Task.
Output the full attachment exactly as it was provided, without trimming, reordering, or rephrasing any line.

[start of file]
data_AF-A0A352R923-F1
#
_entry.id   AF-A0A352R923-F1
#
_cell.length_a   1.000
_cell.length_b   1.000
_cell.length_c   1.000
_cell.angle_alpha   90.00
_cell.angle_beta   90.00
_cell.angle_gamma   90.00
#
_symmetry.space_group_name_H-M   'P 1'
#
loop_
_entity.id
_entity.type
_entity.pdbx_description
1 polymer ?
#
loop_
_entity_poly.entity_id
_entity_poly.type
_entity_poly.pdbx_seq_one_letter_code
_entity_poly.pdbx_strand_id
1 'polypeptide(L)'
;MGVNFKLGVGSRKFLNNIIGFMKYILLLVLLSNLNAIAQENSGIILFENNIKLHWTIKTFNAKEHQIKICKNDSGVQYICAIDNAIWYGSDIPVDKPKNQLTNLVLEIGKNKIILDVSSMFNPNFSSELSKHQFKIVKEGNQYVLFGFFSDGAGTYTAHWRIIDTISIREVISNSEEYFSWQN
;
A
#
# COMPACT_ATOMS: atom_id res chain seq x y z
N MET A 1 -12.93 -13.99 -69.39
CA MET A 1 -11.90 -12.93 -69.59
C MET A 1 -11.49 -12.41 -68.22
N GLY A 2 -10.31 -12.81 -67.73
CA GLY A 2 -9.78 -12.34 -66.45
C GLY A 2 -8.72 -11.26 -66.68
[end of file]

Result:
data_AF-A0A352R923-F1
#
_entry.id   AF-A0A352R923-F1
#
_cell.length_a   1.000
_cell.length_b   1.000
_cell.length_c   1.000
_cell.angle_alpha   90.00
_cell.angle_beta   90.00
_cell.angle_gamma   90.00
#
_symmetry.space_group_name_H-M   'P 1'
#
loop_
_entity.id
_entity.type
_entity.pdbx_description
1 polymer ?
#
loop_
_entity_poly.entity_id
_entity_poly.type
_entity_poly.pdbx_seq_one_letter_code
_entity_poly.pdbx_strand_id
1 'polypeptide(L)'
;MGVNFKLGVGSRKFLNNIIGFMKYILLLVLLSNLNAIAQENSGIILFENNIKLHWTIKTFNAKEHQIKICKNDSGVQYICAIDNAIWYGSDIPVDKPKNQLTNLVLEIGKNKIILDVSSMFNPNFSSELSKHQFKIVKEGNQYVLFGFFSDGAGTYTAHWRIIDTISIREVISNSEEYFSWQN
;
A
#
# COMPACT_ATOMS: atom_id res chain seq x y z
N MET A 1 -12.93 -13.99 -69.39
CA MET A 1 -11.90 -12.93 -69.59
C MET A 1 -11.49 -12.41 -68.22
N GLY A 2 -10.31 -12.81 -67.73
CA GLY A 2 -9.78 -12.34 -66.45
C GLY A 2 -8.72 -11.26 -66.68